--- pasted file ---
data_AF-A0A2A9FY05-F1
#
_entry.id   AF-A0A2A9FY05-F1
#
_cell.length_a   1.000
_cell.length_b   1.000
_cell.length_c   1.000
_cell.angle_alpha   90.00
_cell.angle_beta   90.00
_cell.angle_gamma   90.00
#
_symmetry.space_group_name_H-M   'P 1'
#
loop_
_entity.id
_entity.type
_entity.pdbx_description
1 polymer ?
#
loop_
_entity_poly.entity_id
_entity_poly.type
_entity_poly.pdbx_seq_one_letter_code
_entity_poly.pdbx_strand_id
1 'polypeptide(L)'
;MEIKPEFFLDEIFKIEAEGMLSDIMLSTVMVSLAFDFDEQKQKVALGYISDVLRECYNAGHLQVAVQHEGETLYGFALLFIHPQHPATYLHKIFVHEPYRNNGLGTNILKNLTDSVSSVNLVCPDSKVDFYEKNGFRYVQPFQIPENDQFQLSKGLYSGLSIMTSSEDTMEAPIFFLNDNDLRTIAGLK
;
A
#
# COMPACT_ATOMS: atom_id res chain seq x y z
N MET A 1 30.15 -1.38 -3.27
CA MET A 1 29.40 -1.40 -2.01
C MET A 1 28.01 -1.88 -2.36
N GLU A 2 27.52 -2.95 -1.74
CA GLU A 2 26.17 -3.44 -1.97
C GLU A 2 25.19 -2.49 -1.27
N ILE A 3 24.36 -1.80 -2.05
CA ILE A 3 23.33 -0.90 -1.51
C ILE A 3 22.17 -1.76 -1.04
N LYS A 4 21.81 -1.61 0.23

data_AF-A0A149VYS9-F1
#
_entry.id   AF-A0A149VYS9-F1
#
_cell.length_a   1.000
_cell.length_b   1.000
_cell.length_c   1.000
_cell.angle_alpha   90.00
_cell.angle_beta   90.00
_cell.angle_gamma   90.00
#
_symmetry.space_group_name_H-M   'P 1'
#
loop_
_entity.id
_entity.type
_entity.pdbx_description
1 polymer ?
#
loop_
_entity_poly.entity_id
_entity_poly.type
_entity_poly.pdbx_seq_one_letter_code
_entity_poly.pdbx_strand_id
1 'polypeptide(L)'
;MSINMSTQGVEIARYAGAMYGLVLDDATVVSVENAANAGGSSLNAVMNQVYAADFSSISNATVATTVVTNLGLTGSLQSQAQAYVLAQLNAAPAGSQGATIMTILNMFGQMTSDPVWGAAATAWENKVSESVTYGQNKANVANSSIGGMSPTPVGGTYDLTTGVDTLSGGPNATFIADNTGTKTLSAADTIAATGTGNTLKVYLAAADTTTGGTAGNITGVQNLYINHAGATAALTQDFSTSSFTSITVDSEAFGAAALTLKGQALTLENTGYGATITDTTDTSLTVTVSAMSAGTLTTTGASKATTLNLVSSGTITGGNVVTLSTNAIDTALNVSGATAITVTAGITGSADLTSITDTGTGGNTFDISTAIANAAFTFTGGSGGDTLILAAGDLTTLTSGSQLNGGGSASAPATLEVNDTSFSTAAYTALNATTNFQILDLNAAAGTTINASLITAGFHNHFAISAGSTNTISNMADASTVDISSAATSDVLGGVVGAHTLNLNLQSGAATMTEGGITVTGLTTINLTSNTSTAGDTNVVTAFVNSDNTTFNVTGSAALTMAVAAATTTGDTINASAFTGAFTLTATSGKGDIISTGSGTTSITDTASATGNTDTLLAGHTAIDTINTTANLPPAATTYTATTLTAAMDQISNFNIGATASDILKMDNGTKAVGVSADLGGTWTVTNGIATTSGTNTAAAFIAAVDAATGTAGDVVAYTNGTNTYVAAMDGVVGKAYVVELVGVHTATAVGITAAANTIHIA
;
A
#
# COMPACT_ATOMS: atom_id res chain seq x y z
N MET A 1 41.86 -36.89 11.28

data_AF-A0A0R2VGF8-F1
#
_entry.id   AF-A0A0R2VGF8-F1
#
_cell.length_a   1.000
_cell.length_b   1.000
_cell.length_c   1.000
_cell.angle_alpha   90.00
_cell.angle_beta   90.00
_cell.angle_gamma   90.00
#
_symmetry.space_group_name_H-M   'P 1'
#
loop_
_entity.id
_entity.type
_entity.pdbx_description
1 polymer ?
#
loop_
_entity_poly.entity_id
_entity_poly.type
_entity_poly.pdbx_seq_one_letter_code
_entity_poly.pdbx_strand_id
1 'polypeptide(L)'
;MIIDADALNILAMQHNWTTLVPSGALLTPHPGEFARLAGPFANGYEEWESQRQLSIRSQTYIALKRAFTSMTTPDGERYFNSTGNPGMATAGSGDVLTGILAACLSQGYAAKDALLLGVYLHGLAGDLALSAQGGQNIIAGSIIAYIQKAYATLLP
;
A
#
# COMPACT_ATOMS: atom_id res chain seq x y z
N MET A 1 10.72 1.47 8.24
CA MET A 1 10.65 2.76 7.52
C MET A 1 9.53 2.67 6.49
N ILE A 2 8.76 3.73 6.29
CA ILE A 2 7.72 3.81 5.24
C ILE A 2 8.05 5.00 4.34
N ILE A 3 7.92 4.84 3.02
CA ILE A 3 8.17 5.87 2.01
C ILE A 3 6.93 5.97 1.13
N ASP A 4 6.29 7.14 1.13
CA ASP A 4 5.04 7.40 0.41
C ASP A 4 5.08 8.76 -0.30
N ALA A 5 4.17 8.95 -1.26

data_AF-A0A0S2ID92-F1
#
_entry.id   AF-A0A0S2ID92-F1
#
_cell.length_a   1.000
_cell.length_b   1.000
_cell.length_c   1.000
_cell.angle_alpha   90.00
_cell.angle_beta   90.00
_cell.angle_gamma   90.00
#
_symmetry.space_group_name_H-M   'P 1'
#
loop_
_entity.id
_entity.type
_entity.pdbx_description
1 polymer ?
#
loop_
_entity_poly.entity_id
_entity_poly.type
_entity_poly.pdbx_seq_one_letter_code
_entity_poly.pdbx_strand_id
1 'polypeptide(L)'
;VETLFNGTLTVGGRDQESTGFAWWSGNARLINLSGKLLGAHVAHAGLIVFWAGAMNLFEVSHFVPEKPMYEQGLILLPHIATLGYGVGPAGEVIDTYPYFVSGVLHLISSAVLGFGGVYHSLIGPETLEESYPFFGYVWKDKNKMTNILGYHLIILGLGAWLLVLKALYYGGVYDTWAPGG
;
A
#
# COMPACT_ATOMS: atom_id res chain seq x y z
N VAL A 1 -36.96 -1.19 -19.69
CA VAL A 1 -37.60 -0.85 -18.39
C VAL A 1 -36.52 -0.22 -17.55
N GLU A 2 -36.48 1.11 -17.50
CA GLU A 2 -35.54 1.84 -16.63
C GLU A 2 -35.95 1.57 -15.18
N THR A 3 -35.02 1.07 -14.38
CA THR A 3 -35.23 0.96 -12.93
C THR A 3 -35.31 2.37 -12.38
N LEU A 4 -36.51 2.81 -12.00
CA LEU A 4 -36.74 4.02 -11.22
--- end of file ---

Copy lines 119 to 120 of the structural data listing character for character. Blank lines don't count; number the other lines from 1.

_cell.length_a   1.000
_cell.length_b   1.000